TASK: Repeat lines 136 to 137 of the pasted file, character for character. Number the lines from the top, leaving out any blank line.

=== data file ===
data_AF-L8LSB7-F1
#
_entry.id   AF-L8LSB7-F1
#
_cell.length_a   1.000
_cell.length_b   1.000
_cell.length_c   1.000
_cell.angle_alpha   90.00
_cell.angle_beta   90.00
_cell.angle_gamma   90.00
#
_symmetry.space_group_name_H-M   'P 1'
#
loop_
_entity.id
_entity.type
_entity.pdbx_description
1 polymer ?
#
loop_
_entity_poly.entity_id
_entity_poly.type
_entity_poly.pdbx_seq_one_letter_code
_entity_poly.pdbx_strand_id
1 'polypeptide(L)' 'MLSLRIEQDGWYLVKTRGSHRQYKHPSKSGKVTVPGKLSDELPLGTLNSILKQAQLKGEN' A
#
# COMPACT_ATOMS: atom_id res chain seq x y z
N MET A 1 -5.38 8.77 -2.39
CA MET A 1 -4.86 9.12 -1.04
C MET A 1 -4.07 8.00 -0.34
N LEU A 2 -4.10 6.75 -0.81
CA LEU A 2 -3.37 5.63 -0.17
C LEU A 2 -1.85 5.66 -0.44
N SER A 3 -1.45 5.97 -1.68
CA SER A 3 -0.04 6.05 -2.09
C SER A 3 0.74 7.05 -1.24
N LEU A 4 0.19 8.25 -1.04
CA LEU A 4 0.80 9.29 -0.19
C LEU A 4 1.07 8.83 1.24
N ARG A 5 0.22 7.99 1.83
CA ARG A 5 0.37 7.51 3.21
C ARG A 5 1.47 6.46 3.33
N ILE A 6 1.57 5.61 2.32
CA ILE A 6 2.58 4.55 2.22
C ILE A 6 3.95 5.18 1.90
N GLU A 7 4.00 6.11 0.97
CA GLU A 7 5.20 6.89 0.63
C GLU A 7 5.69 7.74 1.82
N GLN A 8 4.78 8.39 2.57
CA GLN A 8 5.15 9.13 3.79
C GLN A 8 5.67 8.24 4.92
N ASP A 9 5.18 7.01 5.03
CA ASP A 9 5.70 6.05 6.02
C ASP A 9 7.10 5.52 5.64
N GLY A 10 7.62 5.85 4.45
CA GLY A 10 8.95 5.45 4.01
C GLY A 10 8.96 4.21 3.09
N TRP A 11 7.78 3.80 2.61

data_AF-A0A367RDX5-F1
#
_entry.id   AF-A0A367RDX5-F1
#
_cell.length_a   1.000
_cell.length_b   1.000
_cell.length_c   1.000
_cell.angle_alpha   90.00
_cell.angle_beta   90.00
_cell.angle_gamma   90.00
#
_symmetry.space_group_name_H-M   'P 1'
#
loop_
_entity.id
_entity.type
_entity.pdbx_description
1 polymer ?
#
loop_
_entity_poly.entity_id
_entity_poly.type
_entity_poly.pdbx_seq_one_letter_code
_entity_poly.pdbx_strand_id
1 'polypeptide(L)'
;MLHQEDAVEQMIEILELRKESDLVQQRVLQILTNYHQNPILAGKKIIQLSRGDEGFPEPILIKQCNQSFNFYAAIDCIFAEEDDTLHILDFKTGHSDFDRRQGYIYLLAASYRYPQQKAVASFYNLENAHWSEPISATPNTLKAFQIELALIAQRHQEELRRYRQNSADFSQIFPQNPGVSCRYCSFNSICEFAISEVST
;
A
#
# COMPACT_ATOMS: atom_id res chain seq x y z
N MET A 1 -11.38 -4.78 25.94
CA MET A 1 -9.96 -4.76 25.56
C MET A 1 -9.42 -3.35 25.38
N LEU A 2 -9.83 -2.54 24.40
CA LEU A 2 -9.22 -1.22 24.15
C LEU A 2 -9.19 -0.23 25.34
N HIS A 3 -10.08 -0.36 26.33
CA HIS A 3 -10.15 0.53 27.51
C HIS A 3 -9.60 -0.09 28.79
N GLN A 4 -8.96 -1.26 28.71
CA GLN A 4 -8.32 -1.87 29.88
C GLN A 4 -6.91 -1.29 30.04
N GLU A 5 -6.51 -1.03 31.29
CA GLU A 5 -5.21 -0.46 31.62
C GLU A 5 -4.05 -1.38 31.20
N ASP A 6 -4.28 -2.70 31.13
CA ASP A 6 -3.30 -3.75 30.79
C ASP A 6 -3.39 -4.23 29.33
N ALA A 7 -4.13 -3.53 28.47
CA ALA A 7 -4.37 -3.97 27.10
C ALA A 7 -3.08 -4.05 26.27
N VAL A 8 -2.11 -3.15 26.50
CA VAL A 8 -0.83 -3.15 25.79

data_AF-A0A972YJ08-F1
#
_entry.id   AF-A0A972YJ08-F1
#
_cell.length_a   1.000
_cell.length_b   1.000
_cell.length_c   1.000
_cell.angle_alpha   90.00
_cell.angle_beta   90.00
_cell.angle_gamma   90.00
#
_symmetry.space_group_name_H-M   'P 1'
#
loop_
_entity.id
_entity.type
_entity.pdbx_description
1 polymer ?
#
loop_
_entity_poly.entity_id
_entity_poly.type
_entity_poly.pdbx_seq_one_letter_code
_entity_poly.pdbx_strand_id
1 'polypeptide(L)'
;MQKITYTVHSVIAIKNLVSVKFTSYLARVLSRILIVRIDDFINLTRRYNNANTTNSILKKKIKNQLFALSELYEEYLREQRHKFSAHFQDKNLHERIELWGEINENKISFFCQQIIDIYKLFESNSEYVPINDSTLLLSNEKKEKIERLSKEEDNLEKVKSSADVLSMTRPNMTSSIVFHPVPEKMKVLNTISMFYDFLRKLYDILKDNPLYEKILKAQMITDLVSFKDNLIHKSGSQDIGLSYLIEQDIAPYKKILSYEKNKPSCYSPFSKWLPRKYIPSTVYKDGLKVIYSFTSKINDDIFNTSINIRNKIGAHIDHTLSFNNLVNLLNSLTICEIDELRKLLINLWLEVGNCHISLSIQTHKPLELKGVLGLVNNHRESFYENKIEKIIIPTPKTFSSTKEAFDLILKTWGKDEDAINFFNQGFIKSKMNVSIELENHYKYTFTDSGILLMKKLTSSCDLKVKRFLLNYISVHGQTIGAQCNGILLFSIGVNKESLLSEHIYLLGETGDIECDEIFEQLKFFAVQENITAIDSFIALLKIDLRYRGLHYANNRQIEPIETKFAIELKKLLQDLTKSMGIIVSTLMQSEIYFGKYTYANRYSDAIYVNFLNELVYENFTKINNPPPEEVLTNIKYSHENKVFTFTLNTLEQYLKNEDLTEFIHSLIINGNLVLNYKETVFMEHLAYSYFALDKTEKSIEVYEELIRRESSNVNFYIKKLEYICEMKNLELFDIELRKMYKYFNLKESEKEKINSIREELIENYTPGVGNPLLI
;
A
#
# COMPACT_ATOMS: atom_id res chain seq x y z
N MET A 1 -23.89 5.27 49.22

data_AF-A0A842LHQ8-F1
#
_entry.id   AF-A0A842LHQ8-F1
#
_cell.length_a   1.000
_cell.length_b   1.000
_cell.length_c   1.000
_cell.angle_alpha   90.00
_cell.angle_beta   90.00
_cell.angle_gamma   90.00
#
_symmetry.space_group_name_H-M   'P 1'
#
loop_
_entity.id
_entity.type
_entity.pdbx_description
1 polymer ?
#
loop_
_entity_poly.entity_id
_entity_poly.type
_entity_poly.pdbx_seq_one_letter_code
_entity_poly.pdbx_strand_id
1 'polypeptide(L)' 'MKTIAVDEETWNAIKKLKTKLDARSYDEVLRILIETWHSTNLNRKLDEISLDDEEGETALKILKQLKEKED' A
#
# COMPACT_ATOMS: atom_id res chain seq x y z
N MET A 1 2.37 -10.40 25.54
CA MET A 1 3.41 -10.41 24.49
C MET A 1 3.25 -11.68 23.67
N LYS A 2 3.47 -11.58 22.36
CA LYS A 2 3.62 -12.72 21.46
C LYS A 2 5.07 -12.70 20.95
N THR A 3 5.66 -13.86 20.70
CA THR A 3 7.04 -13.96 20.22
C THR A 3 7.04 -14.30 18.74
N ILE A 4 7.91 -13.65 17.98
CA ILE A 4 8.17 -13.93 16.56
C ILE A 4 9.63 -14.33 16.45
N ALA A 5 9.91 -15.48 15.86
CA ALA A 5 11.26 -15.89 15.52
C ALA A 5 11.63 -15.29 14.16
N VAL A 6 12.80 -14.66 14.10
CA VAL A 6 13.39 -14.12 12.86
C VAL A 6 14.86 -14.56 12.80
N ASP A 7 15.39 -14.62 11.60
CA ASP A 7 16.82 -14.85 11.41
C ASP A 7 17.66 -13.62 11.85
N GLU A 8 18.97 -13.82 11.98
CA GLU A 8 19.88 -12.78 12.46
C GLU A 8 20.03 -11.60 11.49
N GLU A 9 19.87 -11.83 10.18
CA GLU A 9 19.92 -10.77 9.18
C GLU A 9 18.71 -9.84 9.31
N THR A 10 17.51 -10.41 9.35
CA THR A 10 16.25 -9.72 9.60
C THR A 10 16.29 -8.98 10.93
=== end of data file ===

1 'polypeptide(L)'
;MQKITYTVHSVIAIKNLVSVKFTSYLARVLSRILIVRIDDFINLTRRYNNANTTNSILKKKIKNQLFALSELYEEYLREQRHKFSAHFQDKNLHERIELWGEINENKISFFCQQIIDIYKLFESNSEYVPINDSTLLLSNEKKEKIERLSKEEDNLEKVKSSADVLSMTRPNMTSSIVFHPVPEKMKVLNTISMFYDFLRKLYDILKDNPLYEKILKAQMITDLVSFKDNLIHKSGSQDIGLSYLIEQDIAPYKKILSYEKNKPSCYSPFSKWLPRKYIPSTVYKDGLKVIYSFTSKINDDIFNTSINIRNKIGAHIDHTLSFNNLVNLLNSLTICEIDELRKLLINLWLEVGNCHISLSIQTHKPLELKGVLGLVNNHRESFYENKIEKIIIPTPKTFSSTKEAFDLILKTWGKDEDAINFFNQGFIKSKMNVSIELENHYKYTFTDSGILLMKKLTSSCDLKVKRFLLNYISVHGQTIGAQCNGILLFSIGVNKESLLSEHIYLLGETGDIECDEIFEQLKFFAVQENITAIDSFIALLKIDLRYRGLHYANNRQIEPIETKFAIELKKLLQDLTKSMGIIVSTLMQSEIYFGKYTYANRYSDAIYVNFLNELVYENFTKINNPPPEEVLTNIKYSHENKVFTFTLNTLEQYLKNEDLTEFIHSLIINGNLVLNYKETVFMEHLAYSYFALDKTEKSIEVYEELIRRESSNVNFYIKKLEYICEMKNLELFDIELRKMYKYFNLKESEKEKINSIREELIENYTPGVGNPLLI